Quantifying the Impact of Design on Patient Experience
What We Did
We leveraged a waiting room redesign opportunity for Washington, DC’s Unity Health Care to test the impact that different furniture and design configurations can have on patient, visitor, and employee satisfaction. By reviewing academic literature on everything from technology and evidence-based design to community health and wellbeing, we found several standard waiting room features that had not yet been substantially investigated. These features became our areas of focus: seating arrangement, seating choice, artwork, amenities, cultural relevancy, visibility, line of sight, and wayfinding.
Our research included three main phases: pre-occupancy assessment, design interventions, and post-occupancy evaluation. In pre-occupancy stages, we used both self-reported information and objective measurement tools in formulating what our design should achieve. We issued a staff survey to gauge baseline feelings toward the waiting room with a Likert scale, which asked level of agreement on statements such as “the waiting room feels warm and inviting.” The customer base of Unity's Brentwood Health Center was included in interactive exercises to help us understand their aesthetic preferences and inter-linkages with the Brentwood community through art. We used behavioral mapping to determine communication patterns and seating preferences. Sunbrella, a textile manufacturer, partnered with Gensler to finance the redesign and assist with the waiting room research.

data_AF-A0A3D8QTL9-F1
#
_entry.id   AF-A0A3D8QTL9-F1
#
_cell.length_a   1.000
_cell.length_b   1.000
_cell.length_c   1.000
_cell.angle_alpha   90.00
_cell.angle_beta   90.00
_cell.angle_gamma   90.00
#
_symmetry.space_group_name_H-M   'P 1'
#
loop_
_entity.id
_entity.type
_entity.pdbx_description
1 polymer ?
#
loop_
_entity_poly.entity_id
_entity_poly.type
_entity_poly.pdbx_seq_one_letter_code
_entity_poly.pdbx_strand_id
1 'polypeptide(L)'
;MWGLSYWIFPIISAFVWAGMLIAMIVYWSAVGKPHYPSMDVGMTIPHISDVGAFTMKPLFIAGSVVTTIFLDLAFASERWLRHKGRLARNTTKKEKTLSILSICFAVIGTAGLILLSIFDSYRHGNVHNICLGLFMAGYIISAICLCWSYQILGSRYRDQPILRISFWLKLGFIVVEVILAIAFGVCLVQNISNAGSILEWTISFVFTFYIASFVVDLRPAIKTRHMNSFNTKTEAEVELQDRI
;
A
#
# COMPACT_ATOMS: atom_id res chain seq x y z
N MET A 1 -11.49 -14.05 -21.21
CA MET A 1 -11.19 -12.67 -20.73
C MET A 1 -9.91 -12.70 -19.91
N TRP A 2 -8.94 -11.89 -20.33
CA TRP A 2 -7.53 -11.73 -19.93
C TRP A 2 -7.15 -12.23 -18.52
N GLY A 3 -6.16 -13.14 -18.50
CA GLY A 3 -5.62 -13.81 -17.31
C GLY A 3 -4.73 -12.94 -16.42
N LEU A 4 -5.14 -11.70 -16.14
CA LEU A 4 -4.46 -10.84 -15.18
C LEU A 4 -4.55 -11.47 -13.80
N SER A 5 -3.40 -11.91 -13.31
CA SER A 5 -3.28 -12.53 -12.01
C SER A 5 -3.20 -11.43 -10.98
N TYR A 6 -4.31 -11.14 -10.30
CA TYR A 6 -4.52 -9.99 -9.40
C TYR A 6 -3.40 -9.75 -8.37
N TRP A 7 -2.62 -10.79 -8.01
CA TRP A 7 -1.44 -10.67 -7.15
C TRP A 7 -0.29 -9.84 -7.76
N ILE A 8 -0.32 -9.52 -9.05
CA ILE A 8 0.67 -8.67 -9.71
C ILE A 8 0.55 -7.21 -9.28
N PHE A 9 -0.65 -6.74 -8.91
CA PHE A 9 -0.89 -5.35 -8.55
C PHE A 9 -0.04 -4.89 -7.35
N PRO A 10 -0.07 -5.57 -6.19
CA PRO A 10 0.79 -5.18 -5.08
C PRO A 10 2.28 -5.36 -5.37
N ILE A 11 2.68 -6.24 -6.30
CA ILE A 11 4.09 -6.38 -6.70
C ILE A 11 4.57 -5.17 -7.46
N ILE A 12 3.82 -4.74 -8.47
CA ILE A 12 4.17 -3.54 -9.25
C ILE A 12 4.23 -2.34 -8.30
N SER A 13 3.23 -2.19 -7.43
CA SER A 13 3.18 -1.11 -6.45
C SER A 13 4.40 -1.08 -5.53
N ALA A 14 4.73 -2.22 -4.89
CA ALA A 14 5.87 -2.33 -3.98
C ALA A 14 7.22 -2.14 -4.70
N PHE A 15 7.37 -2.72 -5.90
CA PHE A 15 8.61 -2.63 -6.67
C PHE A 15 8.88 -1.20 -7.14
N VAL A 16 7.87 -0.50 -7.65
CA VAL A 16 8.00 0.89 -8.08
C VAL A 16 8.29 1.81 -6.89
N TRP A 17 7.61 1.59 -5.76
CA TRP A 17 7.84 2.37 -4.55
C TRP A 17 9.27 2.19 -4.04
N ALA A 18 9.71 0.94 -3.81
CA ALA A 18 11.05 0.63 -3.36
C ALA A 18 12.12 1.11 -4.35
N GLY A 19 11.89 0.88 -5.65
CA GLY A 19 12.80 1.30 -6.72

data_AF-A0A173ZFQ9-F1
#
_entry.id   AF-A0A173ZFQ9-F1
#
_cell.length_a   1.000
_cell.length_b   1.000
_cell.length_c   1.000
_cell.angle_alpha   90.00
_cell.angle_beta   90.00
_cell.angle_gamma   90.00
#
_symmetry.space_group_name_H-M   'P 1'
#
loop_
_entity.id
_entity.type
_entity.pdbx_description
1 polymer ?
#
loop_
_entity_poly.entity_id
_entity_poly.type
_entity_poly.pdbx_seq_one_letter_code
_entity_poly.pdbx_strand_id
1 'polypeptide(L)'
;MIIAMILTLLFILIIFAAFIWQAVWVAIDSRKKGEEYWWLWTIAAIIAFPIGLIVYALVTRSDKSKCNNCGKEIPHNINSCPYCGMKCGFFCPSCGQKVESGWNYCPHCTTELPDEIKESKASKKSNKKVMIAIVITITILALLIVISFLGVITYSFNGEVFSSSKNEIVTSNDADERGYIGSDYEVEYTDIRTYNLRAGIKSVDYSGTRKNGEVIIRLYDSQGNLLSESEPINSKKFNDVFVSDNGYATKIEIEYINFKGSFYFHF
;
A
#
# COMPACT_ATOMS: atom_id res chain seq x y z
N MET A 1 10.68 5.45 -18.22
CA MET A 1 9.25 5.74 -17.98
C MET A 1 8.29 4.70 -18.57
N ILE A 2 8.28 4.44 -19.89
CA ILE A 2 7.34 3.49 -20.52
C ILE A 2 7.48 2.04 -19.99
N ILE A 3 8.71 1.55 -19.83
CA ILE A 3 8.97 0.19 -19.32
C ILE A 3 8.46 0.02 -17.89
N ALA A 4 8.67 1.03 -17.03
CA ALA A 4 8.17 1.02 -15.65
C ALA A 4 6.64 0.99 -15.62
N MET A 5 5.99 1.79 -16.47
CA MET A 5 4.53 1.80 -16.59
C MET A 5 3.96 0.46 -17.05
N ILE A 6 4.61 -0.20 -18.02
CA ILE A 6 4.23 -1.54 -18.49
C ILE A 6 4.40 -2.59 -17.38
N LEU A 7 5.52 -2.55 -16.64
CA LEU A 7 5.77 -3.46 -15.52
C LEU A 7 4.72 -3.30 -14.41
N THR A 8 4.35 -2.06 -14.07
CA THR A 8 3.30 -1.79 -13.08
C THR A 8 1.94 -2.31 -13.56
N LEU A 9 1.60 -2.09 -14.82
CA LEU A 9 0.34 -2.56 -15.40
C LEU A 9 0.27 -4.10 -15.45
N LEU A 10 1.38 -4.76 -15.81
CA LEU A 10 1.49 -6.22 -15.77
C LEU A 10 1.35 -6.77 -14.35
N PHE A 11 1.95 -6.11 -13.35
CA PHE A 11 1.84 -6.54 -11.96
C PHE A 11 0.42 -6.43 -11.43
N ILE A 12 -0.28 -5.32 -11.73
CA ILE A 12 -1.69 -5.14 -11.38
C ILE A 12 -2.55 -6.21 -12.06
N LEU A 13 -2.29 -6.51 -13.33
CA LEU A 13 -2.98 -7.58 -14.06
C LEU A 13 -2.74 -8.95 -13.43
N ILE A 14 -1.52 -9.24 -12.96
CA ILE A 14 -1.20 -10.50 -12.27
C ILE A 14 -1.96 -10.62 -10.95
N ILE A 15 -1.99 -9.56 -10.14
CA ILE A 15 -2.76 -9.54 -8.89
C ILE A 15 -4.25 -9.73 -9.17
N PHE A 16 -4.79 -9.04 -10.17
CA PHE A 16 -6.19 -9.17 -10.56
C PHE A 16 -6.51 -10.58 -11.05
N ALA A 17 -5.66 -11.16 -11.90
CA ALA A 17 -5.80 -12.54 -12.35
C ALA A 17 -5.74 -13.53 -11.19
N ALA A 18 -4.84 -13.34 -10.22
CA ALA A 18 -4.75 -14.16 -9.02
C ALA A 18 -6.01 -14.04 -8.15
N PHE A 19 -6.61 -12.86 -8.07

As a tool for evaluating how best to redesign the waiting room, we established hypotheses that predicted how each feature could enhance communication, comfortable waiting, staff happiness, and design.
Tama Duffy Day, Bonny Slater, Kim Brown, Lucy Arledge, Nick Watkins, Kevin Todd, Carina Mohammed, Michael Crawford, Unity Health Care, Louise Russell, Interior Elixir